Tuesday, May 6, 2014

From Victoria Gap down to Aberdeen (Photo-essay)

A good hiking enthusiast friend of me doesn't like hiking on the western side of Hong Kong Island -- because, she told me, it has too many luxurious homes and not enough wilderness for her liking.  While I definitely do like hiking elsewhere in Hong Kong, I also reckon that this section of the Big Lychee shouldn't be avoided.

Among the top reasons for this is that it's home to High West, atop which one can get some truly marvelous views, particularly on super high visibility days.  But even on a western Hong Kong Island hike which didn't involve ascending that 494 meter high peak, there still can be plenty to see and enjoy, especially on a beautiful sunny, blue sky day which say another hiking buddy and I trek from Victoria Peak down to Aberdeen via Sections 1 and 2 of the Hong Kong Trail:- 

 I never thought I'd see a blue-tailed skink hanging out in plain view 
of tourists on Victoria Peak but... may wonders never cease! ;b

 One of those views of Hong Kong that feels like
it's worth many millions of dollars to see ;b

If you ever are on Victoria Peak, be sure to head out to 
the relaxing pocket park on its northwestern side

There really are places in this part of Hong Kong
where one can feel like -- even if one actually isn't --
a long way away from civilization! :)

 One of those Hong Kong butterflies that are more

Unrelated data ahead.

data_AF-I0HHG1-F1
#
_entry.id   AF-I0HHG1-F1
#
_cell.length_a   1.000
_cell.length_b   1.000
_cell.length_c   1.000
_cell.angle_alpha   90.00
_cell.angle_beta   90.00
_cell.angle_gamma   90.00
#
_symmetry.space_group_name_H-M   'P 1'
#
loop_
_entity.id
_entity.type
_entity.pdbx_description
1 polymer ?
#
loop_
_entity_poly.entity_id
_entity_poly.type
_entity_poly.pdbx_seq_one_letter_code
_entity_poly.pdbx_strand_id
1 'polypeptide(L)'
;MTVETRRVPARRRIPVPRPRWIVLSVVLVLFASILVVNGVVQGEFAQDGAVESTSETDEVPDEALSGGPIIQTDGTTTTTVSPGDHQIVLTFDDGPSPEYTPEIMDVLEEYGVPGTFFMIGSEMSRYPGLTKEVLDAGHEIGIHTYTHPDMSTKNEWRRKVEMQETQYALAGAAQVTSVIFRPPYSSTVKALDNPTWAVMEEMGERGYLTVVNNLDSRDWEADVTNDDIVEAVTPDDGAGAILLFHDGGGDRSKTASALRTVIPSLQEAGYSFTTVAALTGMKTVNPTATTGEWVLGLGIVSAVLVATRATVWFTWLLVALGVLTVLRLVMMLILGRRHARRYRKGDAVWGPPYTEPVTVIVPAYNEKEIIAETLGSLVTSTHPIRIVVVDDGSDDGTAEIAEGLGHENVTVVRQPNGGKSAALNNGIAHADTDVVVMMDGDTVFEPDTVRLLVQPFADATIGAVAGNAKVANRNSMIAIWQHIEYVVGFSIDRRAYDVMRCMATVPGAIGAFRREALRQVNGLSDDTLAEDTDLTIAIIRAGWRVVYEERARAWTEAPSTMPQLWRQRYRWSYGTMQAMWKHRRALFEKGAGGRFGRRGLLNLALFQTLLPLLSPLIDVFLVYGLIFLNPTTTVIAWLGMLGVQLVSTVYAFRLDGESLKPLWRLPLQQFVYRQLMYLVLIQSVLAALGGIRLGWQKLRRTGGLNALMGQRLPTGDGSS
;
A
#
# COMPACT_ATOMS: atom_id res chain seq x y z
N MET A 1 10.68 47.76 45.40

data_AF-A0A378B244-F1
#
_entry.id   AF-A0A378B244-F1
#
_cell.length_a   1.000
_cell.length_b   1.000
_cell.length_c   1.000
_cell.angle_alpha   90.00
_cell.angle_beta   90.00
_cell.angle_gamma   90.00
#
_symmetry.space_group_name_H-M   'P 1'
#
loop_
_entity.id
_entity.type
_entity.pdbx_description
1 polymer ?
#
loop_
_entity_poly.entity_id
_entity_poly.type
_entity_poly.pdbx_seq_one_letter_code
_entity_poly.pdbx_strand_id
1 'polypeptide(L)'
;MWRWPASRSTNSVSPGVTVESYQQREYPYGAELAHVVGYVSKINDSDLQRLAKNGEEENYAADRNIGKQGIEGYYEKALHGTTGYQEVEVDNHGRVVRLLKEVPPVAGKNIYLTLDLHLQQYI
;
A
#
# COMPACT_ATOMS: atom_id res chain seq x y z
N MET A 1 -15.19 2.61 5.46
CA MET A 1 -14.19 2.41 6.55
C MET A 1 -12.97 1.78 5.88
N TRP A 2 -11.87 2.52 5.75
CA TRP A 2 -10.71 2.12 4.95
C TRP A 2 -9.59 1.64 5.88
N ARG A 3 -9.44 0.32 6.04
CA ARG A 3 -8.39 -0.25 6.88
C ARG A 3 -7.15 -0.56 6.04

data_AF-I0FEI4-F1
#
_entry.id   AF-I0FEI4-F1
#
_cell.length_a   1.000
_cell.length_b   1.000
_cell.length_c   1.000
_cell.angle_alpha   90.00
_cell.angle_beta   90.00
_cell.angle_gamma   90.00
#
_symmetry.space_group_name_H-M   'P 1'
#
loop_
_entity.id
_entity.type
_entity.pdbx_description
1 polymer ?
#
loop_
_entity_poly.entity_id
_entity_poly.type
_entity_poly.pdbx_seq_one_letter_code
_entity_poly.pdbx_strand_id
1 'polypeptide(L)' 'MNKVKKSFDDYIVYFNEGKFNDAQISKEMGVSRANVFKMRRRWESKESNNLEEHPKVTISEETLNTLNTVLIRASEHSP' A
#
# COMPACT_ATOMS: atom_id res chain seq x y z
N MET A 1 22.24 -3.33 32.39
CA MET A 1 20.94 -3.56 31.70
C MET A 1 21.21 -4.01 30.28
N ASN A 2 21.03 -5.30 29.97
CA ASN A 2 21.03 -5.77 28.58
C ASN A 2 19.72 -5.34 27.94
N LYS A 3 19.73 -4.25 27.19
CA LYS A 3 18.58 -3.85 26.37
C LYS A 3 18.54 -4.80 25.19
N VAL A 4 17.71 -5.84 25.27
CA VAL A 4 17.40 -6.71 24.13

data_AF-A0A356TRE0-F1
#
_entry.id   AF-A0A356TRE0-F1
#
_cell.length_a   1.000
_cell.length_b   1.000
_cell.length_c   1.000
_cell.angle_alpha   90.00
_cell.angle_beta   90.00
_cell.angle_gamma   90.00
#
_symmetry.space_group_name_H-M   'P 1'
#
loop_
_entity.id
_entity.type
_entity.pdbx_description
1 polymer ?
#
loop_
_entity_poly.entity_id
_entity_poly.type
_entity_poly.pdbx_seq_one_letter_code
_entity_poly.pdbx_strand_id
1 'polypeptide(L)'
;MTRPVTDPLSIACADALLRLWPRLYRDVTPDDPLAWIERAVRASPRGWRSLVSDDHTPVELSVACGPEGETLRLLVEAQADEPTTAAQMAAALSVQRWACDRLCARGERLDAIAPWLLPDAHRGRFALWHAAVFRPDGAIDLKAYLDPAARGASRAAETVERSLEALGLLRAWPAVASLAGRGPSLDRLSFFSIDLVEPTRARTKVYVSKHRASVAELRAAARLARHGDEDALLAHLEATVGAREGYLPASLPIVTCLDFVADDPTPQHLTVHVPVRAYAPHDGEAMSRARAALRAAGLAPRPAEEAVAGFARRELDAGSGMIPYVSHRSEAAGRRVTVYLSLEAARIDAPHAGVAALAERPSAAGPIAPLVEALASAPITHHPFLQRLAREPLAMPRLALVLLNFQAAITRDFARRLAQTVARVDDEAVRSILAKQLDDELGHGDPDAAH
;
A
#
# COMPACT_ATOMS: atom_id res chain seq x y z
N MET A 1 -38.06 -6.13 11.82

triangular-shaped than one normally expect butterflies to be

High West doesn't look as angular when viewed from 
the southeast as it does from other angles! :O

Aberdeen and Ap Lei Chau viewed close to hike's end

I think this bird has 'bed hair'! ;b


Bill said...

Hi Yvonne,

Thanks for introducing me to the Blue-Tailed Skink! According to Wikipedia's description of this extraordinary reptile, "When they become frightened, they have the ability to pop their tail off and it will continue to wiggle and distract their predator while they run away." Evolution is miraculous.

The clear view from the Peak in the second photo is perfect. According to your site and others I've read, the cooler months are no longer dependable for clear views, and it is frequently the warmer months which are less overcast.

I hope Hong Kong succeeds in lessening the air pollution. I've been reading Christine Loh online for years. With such a knowledgeable person in the government, I'm hopeful she and others can work through the system to improve the environment...In the future I hope Hong Kong doesn't become just another murky, polluted city in China.


YTSL said...

Hi Bill --

You're welcome re the introduction -- and I have to say that I get a real kick out of spotting (and photographing) the different cool skinks I've seen in Hong Kong. :)

And yes, the warmer months usually have better visibility and way bluer skies than the cooler ones -- though most years, November is wonderful in terms of high visibility, blue skies AND cool weather.

Re your hopes that Christine Loh will make an impact. I admire her too but am not sure that one person, even her, will be able to make a notable difference in Hong Kong's government... though, of course, I'll be very happy if she proves me wrong!